Skip to 0 minutes and 7 secondsWe’ll start by recapping some fundamentals of two-dimensional geometry. To start with, we’re going to talk about a Euclidian plane. A Euclidian plane is a non-curved surface where the rules of Euclidian geometry apply. We normally take this for granted. We’re just going to be explicit about the fact that we’re working with flat surfaces. The second concept is Cartesian coordinates. Again, this is a concept you should be well familiar with. We have a set of orthogonal axes typically labelled X and Y. We have a point P and we describe its position with respect to the origin in terms of distances along the X and Y axes.

Skip to 0 minutes and 47 secondsA concept that is perhaps less familiar to you will be homogenous coordinates and we’re going to be using them a lot in this lecture. Those of you who’ve done the Introduction to Robotics course will have already encountered homogenous coordinates. To represent a point in a two-dimensional Cartesian space, we describe it by a pair of numbers written as tuple X, Y and we say that this point lives in the space of two-dimensional real numbers, which we denote by the symbol R2 (R squared). In homogenous coordinates, we represent the same point with three numbers. In this case, we’ve represent it as X, Y and the number one. In fact, the number one is somewhat arbitrary; it could be any non-zero constant.

Skip to 1 minute and 31 secondsWe say now that this point belongs to the two-dimensional projective space, which we denote by the symbol P2 (P squared). So it’s the same point, just two different ways to represent it. The homogenous representation, the representation in projective space. Now to convert from homogenous coordinate to a Cartesian coordinate, I’m going to start with the very general homogenous coordinate denoted here as X tilde, Y tilde and Z tilde. To convert it through a Cartesian coordinate what I do is take the first two numbers and divide by the third. So X and Y Cartesian coordinates are given by X tilde on Z tilde and Y tilde on Z tilde respectively.

Skip to 2 minutes and 12 secondsNow a mathematician would say that in projective space, lines and points have duals. They have equivalent representations. Some very interesting and very useful things flow from this duality. We can write a line in homogenous form a little bit different to what we’re used to but we can write a line as three numbers denoted here as L1, L2 and L3. Now imagine that I’ve got a point which moves along that line. So the line is really the set of all possible points that lie along it. I can express the fact that the point lies on the line by the dot product of the line and the point being equal to zero.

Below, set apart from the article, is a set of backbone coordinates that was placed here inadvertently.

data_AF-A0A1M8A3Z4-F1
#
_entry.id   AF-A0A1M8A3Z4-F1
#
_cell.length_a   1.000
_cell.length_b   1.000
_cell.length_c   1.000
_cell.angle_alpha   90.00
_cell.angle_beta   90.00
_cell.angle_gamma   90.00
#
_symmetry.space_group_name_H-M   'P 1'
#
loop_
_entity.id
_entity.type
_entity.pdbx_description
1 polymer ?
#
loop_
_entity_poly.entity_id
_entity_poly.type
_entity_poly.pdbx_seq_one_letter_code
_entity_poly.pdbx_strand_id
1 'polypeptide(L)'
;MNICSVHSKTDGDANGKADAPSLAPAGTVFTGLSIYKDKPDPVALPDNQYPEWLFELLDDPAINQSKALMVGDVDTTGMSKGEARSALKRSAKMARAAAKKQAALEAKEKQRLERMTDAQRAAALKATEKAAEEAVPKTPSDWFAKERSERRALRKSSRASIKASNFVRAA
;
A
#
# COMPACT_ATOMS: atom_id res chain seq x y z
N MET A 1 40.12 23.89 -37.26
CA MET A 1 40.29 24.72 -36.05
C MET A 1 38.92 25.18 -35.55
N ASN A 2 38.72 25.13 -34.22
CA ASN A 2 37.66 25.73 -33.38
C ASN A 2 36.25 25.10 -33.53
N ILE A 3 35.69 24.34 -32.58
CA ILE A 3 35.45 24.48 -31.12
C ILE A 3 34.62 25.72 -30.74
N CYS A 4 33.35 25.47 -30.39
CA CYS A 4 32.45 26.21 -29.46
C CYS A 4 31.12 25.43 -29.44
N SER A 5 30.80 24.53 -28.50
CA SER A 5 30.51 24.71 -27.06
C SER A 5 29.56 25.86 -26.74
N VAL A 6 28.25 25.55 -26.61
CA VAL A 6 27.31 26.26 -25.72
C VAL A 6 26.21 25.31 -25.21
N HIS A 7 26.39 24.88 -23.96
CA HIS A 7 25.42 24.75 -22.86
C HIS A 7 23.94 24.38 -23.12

Skip to 2 minutes and 51 secondsWe refer to this as the point equation of a line. A line is defined in terms of all the points that could possibly lie along it. Now I can expand that out and we can see that looks a little bit different to the conventional Cartesian representation of a line. But if we do the transformation from homogenous coordinates to Cartesian coordinates, we can show that these two representations of a line are equivalent. An advantage of using the homogenous form is that it’s very easy to represent a line that is vertical, where in Cartesian coordinates that means that the grading of the line is equal to infinity, in homogenous form, we treat that situation very simply and conveniently.

Skip to 3 minutes and 34 secondsWe don’t need to introduce any infinities. We also might be interested in how to describe a line that joins two points. So here we have two points and here’s a line that passes through those two points. Then the homogenous representation of the line, which remember is the three vector, is given simply by the cross-product of the two points that lie on the line. So a very, very simple way of finding the equation of a line that joins two points much, much more convenient than it is for Cartesian coordinates. We might also be interested in the problem of the coordinate of the point at the intersection of two lines.

Skip to 4 minutes and 10 secondsSo here we have two lines and this is the intersection point and the intersection point is given by the cross-product of the two lines. We call this the line equation of a point. The point is defined in terms of two lines. So let’s create a point. A horizontal of 100. A vertical coordinate of 200. And points are represented as Coulomb vectors. So that’s a row vector that I’ve written just there, so I will transpose it. So that will display as a Coulomb vector. So this is a Euclidean or Cartesian coordinate for a point.

Skip to 4 minutes and 46 secondsNow we can convert the Euclidean coordinate into a homogeneous coordinate using the function e2h, and we can see that all it has done is appended a 1 to it. So now instead of a vector with two elements, it’s now a Coulomb vector with three elements. The last element is a 1. Now we can convert the homogeneous coordinate back to a Euclidean coordinate by using the inverse function h2e, for homogeneous to Euclidean, and I apply that to the answer for the last operation and we see that it is back now to a vector with two elements. The result is the vector that we started with.

Homogeneous coordinates

Let’s recap the basics of homogeneous coordinates to represent points on a Euclidian plane.

This video outlines how to represent points in a two-dimensional Cartesian space. We look at how to convert Cartesian coordinates to homogeneous coordinates and vice versa. Knowing this homogeneous representation is going to be very handy for us in this course.

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Robotic Vision: Making Robots See

Queensland University of Technology